June 20, 2016
Outlander: "The Reckoning"
Claire (Catriona Balfe) has been captured by English soldiers and taken to Fort William. She is in the process of being sexually assaulted by Captain Randall (Tobias Menzies) when her husband Jamie (Sam Heughan) comes to the rescue. While they successfully escape the English, where does there marriage go from here?
Outlander's first season was divided in the middle by a gap of several months. "The Reckoning" marks the beginning of the second half, and resolves the highly melodramatic mid-season cliffhanger: Randall in the process of assaulting Claire, Jamie revealed in the window, flintlock pistol in hand. It was an odd sort of a cliffhanger in many respects, because Outlander has never been quite so over-the-top in its episode endings before. It felt remarkably forced at the time. This subsequent episode struggles somewhat to get back to a sense of normality; in fact it pretty much takes the whole hour.
There are a few big problems with "The Reckoning" that stop it from being a particularly good episode. One of them is this weird sense of pulling back from an unwanted, over-the-top cliffhanger. Another is the episode's content in general. It begins in the middle of an assault, which is quite luridly portrayed. Later on Jamie tries to beat Claire with his belt for disobeying his wishes. Further still Laoghiare (Nell Hudson), the girl Jamie was courting back at Castle Leoch, tries to force herself onto him. Later still there's yet another sex scene between Claire and Jamie with a now-typical amount of nudity and gyrating. In the case of the assault it's difficult to sit through, but there's an argument to be made that it should be. In the case of Jamie hitting Claire it immediately makes it much harder to like Jamie. In the case of the sex, it simply feels like titillation to get a certain kind of viewer onboard. Worse still, these are all elements we've seen before. We're only nine episodes in and this episode feels fairly repetitive.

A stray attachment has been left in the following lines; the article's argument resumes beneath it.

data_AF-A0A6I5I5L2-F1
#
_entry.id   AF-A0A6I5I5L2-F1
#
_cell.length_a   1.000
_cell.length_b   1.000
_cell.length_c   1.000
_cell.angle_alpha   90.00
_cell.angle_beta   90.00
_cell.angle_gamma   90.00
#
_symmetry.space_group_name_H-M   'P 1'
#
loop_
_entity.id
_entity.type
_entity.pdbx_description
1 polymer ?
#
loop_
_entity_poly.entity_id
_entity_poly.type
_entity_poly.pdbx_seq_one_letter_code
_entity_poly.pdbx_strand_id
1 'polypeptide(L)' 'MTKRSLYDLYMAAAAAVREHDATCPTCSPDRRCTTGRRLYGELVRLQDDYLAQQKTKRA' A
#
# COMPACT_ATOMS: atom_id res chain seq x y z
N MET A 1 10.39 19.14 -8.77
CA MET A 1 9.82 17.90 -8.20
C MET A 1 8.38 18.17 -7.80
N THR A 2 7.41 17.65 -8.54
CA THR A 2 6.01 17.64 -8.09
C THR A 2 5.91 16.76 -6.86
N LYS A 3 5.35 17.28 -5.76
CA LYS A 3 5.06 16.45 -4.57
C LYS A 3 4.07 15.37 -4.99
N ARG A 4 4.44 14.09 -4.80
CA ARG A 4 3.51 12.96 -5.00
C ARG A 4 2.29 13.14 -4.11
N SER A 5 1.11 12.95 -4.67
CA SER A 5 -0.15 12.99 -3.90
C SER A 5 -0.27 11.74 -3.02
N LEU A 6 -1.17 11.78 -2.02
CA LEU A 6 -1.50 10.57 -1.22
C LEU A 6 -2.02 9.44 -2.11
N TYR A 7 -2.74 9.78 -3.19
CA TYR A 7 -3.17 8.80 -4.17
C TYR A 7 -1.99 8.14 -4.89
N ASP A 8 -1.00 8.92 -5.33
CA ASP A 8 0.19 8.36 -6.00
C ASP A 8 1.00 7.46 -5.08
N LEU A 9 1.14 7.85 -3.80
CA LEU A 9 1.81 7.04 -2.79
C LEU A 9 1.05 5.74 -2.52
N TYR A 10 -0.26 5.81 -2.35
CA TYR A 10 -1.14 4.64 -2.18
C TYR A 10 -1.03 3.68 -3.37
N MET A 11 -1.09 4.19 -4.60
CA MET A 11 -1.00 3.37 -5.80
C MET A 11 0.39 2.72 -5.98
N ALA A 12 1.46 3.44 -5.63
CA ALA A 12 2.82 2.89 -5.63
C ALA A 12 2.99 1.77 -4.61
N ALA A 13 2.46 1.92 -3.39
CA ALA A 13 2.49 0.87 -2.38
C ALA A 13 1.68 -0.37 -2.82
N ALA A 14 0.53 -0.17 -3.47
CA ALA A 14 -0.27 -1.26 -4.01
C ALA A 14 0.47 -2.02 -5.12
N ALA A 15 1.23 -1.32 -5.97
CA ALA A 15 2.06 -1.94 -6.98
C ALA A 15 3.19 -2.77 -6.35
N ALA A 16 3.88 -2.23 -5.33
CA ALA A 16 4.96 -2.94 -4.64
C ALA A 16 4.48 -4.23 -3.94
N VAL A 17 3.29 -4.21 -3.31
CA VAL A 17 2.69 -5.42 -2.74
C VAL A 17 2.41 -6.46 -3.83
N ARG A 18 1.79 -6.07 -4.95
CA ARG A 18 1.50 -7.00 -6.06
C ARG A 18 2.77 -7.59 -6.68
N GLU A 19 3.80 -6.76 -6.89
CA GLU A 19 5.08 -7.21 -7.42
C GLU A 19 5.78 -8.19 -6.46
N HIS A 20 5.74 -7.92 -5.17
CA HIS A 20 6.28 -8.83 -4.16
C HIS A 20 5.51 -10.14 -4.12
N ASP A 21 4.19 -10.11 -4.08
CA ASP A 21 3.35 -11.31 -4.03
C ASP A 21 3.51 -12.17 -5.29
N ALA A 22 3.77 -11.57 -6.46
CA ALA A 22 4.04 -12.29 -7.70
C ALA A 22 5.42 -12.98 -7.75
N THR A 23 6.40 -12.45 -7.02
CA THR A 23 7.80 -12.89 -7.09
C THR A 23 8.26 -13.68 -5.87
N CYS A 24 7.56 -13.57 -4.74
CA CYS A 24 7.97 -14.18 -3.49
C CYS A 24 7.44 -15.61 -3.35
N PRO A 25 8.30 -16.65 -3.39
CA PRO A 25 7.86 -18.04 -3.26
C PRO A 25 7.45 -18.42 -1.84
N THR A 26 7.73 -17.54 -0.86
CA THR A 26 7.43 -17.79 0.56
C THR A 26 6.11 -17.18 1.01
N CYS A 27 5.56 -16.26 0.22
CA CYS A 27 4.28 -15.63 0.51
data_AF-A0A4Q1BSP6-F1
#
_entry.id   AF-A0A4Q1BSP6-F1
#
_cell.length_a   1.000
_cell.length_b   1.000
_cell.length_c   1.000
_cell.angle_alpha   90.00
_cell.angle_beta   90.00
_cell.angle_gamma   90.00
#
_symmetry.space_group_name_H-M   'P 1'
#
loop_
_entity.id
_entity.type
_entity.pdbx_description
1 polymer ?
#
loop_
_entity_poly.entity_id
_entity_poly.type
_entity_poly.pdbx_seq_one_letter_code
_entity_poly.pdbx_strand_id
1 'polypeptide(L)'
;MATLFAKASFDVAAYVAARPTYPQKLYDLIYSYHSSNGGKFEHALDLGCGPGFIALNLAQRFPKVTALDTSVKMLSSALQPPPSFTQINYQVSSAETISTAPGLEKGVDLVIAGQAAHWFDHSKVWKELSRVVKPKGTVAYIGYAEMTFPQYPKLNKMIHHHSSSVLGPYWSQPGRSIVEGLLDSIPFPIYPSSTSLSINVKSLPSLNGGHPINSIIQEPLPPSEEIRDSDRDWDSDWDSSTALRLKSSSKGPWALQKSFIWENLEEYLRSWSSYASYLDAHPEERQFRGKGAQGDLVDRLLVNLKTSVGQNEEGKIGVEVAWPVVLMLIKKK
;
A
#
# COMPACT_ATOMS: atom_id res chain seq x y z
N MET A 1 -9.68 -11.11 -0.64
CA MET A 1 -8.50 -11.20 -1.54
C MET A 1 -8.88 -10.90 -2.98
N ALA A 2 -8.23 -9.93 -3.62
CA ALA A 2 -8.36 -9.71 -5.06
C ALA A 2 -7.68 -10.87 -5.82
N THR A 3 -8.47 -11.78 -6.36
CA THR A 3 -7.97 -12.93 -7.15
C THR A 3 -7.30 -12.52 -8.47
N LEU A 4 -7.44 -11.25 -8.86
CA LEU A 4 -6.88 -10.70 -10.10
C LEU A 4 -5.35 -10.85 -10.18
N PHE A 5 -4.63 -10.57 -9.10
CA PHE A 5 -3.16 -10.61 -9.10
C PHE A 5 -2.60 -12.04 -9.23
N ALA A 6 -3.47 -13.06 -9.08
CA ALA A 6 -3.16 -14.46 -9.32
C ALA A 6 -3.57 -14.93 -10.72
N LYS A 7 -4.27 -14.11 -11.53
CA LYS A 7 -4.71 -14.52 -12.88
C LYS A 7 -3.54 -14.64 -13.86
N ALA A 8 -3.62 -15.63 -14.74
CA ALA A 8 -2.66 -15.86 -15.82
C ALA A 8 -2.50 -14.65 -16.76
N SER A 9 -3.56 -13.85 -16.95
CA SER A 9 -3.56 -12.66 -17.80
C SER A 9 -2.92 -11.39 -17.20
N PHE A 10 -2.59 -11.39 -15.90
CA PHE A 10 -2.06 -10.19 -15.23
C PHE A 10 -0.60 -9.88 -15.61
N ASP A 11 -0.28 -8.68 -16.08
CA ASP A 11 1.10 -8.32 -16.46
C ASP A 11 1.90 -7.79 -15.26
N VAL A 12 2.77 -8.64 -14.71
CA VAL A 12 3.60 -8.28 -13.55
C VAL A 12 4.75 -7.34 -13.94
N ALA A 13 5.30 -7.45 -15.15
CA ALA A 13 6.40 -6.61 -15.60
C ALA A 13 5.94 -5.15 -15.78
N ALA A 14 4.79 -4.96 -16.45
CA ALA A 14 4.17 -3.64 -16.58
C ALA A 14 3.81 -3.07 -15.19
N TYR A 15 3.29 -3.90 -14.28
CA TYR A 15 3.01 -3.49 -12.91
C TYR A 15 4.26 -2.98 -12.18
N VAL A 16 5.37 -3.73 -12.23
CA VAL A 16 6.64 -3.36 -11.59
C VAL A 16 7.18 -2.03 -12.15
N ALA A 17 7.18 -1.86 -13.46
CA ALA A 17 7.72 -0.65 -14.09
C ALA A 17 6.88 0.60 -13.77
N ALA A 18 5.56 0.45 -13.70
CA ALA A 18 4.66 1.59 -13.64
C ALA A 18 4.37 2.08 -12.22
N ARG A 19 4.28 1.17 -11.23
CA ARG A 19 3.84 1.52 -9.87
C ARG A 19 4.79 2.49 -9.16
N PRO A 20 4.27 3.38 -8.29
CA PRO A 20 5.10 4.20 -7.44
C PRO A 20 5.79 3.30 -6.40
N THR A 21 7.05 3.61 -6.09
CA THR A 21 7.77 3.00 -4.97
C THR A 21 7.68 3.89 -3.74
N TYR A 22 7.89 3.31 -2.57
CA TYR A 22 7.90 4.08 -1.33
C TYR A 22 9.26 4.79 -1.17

That repetitive sense extends to the plot, which sees Jamie and Claire return with Dougal (Graham McTavish) to Castle Leoch, and Dougal's brother Colum (Gary Lewis). A few episodes ago it felt like a relief to finally get away from Leoch, and now the series is right back there again. It feels a bit like a retrograde step. I can accept the repeated threats of sexual assaults when it's framed by a story moving forward, but it is a lot harder when there isn't a forward-moving story there. With luck the story will pick up again with episode 10, but for now Outlander is disappointing.
I think a key part of why the episode fails is because it is framed from Jamie's perspective. We follow his rescue of Claire, and he narrates the episode in much the same way that Claire narrated most of the previous ones (and it remains a tedious device). One of the greatest strengths of Outlander is how it tells the story from a strong female perspective, and by shifting that perspective to Jamie it looks much of its appeal. Nowhere is this clearer than when Jamie attempts to discipline Claire with his belt. It is framed as comedy, him awkwardly insisting he must do his husbandly duty and Claire oscillating between indignant rage and genuine panic. The perspective and the uncharacteristically male gaze make it an unpleasant scene to sit through.
This is only the second episode out of the nine thus far that I have not enjoyed, so I have hope things will be better in future weeks. For now the quality ratio slips a little to 78 per cent.